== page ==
From Iceland — Spring Isn't All About Cleaning

Spring Isn’t All About Cleaning

Published May 28, 2013

Spring Isn’t All About Cleaning
Parker Yamasaki

When I emerged into the unwelcome exposure of 4:30 AM light on Sunday morning (a continuation of Saturday evening), I should have been ashamed of myself. My tights were torn, my lipstick was long-faded, and my hair was slicked back with sweat, tighter than an Army cadet’s. My shoes were caked in beer and what appeared to be sand, and each step crunched and flung small shards of glass that had wedged themselves into the treading. My eyes were puffy. My shirt clung to my beer-sloshing belly. I just wanted a waffle. So why was I not cowering in a corner? Not racing the daytime back to my bed? Because I had just emerged from Night 2 of The Reykjavík Music Mess, and my condition was a collective one.
Well, I should clarify. I had emerged from the after party of Night 2 of the Reykjavík Music Mess. Two and a half hours earlier, when the Mess lineup had come to a close inside Volta, the scene was significantly less messy. But the state of the crowd—shockingly composed for a Saturday night—was in no way an accurate reflection of the evening’s bands. Inside the venue, the drummer of Australia’s DZ Deathrays pounded on his drums with such force I thought he might pound his life right into them and keel over. The lead singer of Iceland’s own Mammút let out a 25-second long scream that negated any innocence and charm that her small, blonde physique may have suggested. Oyama wailed on a saxophone. There were simultaneous keytars, a trombone, even a cellist got involved at one point.
But despite a buffet of quality music and stunning stage presences, the crowd remained consistently contained. Necks bobbed, but hands remained pocketed. Knees bent, but feet remained in place. The formation as a whole resembled the pattern of the moon over a month. It began as a crescent with a thin layer of people adhering their elbows to the bar. By about 23:00 the lunar crowd unpeeled from the walls and began to fill in, from back to front, carefully maintaining the half-circle of open floor between themselves and the band. By the time the final band came on, things started getting a bit more personal. The venue was full (though not max. capacity) and hips swayed…but movement remained minimal. And with the last chord the crowd quickly waned and greeted the night, ready to “get started,” at about 2 AM.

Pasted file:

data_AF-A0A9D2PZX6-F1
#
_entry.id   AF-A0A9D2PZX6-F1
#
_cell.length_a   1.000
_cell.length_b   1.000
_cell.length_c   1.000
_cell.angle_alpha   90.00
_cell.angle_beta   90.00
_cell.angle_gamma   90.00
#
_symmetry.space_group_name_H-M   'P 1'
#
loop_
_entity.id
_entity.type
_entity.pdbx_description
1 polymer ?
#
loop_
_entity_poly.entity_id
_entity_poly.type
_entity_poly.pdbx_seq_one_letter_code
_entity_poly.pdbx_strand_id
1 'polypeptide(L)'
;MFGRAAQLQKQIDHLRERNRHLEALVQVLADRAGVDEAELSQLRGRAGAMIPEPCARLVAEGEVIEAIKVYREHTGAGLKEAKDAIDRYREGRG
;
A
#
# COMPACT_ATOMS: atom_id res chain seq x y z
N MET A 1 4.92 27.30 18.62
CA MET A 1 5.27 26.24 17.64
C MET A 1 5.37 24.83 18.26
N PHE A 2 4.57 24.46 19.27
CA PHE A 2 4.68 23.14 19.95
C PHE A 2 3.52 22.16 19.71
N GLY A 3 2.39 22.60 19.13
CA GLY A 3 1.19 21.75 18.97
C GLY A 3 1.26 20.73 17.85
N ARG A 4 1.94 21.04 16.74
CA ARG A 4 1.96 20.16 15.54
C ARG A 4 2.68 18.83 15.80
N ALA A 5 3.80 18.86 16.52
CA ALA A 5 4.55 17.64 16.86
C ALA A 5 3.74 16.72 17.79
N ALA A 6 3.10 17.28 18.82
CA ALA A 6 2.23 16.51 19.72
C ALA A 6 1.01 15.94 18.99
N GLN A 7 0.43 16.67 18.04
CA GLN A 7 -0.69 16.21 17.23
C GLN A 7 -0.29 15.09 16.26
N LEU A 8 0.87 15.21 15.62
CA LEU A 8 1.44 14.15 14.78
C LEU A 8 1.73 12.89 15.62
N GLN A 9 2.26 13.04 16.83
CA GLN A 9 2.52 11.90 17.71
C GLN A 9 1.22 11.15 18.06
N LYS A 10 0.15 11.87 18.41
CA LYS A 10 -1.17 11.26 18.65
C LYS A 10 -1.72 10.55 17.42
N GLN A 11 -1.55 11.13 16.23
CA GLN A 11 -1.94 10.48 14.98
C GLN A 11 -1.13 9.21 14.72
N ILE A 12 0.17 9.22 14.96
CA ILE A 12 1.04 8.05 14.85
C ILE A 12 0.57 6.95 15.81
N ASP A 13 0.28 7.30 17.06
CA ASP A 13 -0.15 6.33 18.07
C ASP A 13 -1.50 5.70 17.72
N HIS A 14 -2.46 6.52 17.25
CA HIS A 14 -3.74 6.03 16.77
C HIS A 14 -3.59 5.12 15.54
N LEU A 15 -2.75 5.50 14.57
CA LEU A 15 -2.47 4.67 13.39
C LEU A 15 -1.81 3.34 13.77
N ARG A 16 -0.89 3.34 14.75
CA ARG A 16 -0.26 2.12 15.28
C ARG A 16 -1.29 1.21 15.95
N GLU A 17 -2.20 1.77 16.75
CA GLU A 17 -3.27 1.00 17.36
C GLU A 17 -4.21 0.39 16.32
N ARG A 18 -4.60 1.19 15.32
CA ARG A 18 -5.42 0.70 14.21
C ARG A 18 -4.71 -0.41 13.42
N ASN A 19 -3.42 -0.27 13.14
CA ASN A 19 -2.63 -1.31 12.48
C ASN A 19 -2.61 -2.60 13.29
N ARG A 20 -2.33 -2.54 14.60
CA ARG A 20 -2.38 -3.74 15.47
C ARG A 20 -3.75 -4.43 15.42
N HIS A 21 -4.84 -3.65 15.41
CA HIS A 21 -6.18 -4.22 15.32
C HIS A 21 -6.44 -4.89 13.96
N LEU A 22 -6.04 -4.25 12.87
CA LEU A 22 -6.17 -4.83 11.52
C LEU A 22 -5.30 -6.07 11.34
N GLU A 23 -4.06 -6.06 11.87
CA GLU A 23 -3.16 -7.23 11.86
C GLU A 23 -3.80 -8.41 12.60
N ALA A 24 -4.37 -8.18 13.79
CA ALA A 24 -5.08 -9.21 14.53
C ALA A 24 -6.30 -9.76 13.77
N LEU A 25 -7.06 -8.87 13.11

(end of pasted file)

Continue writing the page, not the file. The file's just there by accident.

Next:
A mere 40 steps away Harlem greets the flow with open doors and an even more open dance floor. Magically, even though the music is less live and the beers are more expensive, the tables quickly over-satiate and the dance floor brims up. Not 40 minutes later and you have to proceed with elbows out, bouncing on your toes just to reach the bathroom. How did this happen so quickly? The man who never even took his coat off at Volta throws his arms over his head approvingly to the upbeat music. The girl who spent Muck’s entire set sitting cross-legged on the ground now swings her blonde locks shamelessly from side to side.
I am still baffled by this delayed Cinderella syndrome, and I want to emphasize that the crowd’s lack of enthusiasm should not reflect the bands on stage. Some especially notable energy emanated from Friday night’s Bloodgroup and Saturday’s Mammút. Boogie Trouble and Good Moon Deer let out some exceptional sounds at KEX in the earlier parts of the evenings, and Monotown shut down Sunday with style and groove.

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